You know, we’re in the middle of a really, of a counter-revolution to the American Revolution. We are in the middle of a cultural Marxist revolution with the people on the far left, not everybody. Cause I don’t think everybody realizes what’s really going on. They want to destroy the country and destroy its institutions.
I think that the family is very important. It’s the building block of our entire society and also ensuring that kids can grow up and not have their lives run by things that are going on now as far as, oh, it’s in vogue to say I’m not sure if I’m a boy or a girl.
And then in almost all cases, that gets worked out even for youngsters that might suffer from gender dysphoria. I’m really happy that the state did that. And of course, I believe we’re the first state in the Union to take those steps.
Gulbransen: I think personally and in my capacity as executive director of Tennessee Faith and Freedom Coalition, I think those are model bits of legislation that the rest of the country should follow. Of course, I agree with you entirely on it.
It’s somewhat become fashionable to question yourself as a teenager and there are a lot of social media issues with how people get pressured into it. Of course, when I was young, I seem to remember the fads of the day being baseball cards and did you know what Michael Jordan did on the basketball court that day? There were odd jeans that people wore and that sort of thing.
Jacobs: Life was a little simpler back then. (Chuckles) It’s like we are old fogies now. (Chuckles)
Gulbransen: Yes. I remember walking to school in the snow at five in the morning. I know I’ve had you on so much. I forget if I’ve asked you or not, but I think it’s a good time. Can you give us your generic governing philosophy? It’s a fun question. I’d like our audience to hear that from you.
Jacobs: Sure. I’m a small government conservative which means I would keep the government out of my life and out of everybody’s lives as much as possible. There’s a certain role the government is going to play, and I think that needs to be confined and constricted to a case of the federal government within the confines of the United States Constitution and state constitutions as well as local governing documents. So, uh, for me it’s pretty much live and let live as long as you’re not hurting other people.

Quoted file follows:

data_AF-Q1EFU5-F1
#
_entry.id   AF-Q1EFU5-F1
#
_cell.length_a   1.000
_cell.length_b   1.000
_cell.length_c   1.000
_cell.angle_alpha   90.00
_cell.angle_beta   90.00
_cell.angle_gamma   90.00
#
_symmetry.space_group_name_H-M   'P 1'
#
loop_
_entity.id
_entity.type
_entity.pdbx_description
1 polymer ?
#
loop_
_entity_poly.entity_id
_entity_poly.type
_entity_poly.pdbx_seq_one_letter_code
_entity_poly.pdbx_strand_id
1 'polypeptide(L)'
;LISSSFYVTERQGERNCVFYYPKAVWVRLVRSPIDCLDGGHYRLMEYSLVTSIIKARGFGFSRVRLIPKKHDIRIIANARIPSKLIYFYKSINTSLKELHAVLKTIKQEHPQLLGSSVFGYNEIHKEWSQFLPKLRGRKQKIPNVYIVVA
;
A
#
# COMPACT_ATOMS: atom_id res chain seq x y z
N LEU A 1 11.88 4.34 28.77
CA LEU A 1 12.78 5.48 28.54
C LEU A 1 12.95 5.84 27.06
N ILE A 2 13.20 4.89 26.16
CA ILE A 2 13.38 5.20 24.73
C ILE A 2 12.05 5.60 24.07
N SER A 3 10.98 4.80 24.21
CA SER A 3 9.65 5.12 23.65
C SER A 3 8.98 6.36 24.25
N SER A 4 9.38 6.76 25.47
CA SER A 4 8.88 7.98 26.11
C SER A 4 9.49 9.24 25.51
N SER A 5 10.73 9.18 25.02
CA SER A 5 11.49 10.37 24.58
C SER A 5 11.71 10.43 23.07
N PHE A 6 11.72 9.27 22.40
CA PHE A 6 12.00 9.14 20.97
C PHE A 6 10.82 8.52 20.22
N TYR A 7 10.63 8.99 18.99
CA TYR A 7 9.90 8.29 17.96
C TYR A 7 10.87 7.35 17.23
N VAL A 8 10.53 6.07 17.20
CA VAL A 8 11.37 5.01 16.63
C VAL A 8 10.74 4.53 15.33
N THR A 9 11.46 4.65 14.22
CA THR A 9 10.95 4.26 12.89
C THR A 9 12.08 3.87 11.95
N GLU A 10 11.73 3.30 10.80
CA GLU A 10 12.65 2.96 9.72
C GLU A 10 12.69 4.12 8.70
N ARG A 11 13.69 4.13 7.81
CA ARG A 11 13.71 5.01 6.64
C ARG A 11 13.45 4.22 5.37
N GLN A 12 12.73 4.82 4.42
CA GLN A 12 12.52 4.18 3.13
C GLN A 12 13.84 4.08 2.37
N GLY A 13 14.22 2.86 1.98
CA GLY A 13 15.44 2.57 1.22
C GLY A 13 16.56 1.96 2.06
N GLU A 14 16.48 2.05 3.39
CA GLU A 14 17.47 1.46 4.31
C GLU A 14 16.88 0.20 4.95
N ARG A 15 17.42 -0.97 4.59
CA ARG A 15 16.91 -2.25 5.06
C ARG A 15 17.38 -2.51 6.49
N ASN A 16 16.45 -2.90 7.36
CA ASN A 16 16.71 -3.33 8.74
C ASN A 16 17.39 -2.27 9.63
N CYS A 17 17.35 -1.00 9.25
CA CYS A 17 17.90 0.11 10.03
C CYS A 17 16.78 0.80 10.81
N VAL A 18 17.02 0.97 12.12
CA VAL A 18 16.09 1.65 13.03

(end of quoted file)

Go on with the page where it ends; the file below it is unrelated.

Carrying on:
Gulbransen: That’s a very important distinction to make. Those on the left, say they wanna live and let live, but they really really mean they wanna live and then force their worldview on everybody else.
Jacobs: That’s very well, very well said.
Gulbransen: Did, did you see the bill that passed the Senate that’s banning TikTok and WeChat on Tennessee Public College networks?
Jacobs: I did not. No, I did not see that. It’s very interesting to see where we are as a country in a world and what people sometimes believe is, you know, innocent, no big deal is really more than that. I didn’t see that, but you know, South Carolina of course has prohibited TikTok use on state-owned telecommunication devices.
There is a security risk there when you’re using a government device, you are making your network vulnerable to folks like the Chinese government and those sorts of things. There really are major concerns with platforms like that.
Listen to today’s show highlights, including this interview:
– – –
Tune in weekdays from 5:00 – 8:00 a.m. to The Tennessee Star Report with Michael Patrick Leahy on Talk Radio 98.3 FM WLAC 1510. Listen online at iHeart Radio.
Photo “Glenn Jacobs” by Glenn Jacobs. Background Photo “Family” by Luemen Rutkowski.